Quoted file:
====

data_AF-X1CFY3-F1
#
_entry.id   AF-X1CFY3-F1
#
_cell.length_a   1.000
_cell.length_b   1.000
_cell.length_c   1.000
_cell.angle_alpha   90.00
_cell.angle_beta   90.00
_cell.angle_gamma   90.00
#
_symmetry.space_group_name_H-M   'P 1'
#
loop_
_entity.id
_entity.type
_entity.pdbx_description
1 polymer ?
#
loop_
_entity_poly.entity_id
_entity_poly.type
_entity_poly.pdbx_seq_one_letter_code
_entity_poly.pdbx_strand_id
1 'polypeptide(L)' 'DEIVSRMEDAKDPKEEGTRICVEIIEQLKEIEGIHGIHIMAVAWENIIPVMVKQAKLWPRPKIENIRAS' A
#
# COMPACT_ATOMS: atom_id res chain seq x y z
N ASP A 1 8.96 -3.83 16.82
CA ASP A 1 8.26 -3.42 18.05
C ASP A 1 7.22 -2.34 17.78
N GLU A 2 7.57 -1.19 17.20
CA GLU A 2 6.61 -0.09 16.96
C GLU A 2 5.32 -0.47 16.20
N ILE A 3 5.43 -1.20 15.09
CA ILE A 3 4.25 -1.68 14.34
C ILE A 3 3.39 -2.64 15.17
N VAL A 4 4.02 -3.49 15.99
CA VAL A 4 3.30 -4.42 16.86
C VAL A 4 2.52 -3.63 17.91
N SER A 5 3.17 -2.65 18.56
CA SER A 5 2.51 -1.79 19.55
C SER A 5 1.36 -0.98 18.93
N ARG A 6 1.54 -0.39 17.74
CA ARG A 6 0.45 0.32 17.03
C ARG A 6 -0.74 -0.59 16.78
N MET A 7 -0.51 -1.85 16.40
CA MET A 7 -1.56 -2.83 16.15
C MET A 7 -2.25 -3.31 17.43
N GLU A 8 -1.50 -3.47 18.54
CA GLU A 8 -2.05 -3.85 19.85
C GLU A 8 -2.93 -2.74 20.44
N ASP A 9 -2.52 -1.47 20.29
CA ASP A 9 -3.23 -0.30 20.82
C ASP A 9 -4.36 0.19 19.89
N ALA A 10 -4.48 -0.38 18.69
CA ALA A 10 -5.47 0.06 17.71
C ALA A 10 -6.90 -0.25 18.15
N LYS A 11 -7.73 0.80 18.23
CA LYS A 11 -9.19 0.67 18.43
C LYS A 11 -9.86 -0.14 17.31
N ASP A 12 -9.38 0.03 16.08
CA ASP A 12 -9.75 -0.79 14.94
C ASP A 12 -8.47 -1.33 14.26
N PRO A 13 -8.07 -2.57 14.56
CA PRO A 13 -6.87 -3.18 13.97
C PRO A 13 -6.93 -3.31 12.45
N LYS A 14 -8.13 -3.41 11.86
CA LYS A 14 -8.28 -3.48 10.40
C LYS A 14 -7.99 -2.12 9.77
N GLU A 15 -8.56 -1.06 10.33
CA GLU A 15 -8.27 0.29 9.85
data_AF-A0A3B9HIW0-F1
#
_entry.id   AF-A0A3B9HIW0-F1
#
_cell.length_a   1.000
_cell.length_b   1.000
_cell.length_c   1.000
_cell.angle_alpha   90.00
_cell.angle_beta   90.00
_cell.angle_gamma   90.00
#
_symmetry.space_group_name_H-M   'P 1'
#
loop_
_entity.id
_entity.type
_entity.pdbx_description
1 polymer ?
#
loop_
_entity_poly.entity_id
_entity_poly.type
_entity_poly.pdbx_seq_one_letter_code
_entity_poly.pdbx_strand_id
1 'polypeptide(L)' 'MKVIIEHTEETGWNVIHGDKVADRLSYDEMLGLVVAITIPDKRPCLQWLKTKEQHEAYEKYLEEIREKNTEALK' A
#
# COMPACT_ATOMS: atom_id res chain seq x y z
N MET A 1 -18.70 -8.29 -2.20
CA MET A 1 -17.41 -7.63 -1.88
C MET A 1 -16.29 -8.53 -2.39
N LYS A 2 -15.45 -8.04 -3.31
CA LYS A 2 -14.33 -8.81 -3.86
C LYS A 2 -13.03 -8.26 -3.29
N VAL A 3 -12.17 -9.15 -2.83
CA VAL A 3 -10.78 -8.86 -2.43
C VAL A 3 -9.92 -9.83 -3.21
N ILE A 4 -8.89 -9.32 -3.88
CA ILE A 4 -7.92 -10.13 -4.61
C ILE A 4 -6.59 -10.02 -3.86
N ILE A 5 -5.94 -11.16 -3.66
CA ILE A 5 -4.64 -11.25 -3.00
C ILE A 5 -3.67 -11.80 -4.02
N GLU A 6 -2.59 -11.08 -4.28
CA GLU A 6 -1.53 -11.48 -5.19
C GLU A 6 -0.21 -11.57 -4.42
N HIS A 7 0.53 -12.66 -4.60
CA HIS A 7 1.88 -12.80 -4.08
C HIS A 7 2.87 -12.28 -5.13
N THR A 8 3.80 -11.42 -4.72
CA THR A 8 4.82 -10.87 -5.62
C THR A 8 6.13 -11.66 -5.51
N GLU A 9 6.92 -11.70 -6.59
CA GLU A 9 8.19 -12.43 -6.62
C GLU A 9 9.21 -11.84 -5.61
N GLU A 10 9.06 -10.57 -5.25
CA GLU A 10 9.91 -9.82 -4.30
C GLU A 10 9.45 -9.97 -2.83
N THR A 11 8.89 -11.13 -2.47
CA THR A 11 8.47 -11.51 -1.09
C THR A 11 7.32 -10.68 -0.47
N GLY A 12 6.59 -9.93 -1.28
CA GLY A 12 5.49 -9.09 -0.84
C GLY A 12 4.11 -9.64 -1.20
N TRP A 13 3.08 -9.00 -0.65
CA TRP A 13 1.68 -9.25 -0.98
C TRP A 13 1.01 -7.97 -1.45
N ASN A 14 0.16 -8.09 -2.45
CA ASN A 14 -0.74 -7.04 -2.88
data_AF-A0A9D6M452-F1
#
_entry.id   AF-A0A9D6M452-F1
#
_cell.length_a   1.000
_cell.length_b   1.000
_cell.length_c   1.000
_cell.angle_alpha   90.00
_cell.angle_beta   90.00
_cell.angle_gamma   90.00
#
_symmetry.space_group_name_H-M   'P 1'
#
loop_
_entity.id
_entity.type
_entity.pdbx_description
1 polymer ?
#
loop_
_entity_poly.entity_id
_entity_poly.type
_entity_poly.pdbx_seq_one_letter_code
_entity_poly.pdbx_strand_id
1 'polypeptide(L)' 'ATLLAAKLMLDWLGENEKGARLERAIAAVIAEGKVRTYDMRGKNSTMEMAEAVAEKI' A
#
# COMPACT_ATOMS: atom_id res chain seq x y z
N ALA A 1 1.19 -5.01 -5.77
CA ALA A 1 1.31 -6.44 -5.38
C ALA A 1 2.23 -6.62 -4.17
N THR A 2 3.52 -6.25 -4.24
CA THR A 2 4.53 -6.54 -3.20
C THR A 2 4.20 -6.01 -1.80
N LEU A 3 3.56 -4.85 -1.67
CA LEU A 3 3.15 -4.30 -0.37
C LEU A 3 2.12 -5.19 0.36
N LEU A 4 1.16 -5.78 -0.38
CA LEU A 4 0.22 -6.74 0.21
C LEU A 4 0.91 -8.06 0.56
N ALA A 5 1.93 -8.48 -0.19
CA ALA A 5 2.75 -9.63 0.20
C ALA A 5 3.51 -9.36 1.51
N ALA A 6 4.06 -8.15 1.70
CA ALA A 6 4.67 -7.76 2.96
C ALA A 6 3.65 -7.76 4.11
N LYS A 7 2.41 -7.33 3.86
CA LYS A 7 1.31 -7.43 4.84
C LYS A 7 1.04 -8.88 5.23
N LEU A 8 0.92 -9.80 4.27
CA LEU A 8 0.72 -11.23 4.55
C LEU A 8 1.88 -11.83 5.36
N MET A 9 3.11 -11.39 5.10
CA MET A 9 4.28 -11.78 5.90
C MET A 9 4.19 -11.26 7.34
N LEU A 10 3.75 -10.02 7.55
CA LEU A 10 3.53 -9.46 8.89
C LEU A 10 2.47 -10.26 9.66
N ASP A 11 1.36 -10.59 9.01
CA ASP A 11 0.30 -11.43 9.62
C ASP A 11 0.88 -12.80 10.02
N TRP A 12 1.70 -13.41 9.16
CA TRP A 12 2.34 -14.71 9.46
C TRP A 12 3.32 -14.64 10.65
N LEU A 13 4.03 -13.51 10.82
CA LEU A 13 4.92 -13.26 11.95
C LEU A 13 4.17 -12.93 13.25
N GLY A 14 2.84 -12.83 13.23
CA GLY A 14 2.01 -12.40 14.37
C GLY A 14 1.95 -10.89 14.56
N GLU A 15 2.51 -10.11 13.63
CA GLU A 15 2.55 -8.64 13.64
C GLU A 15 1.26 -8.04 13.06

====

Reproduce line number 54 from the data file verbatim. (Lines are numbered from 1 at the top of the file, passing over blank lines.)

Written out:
C ASP A 9 -4.36 0.19 19.89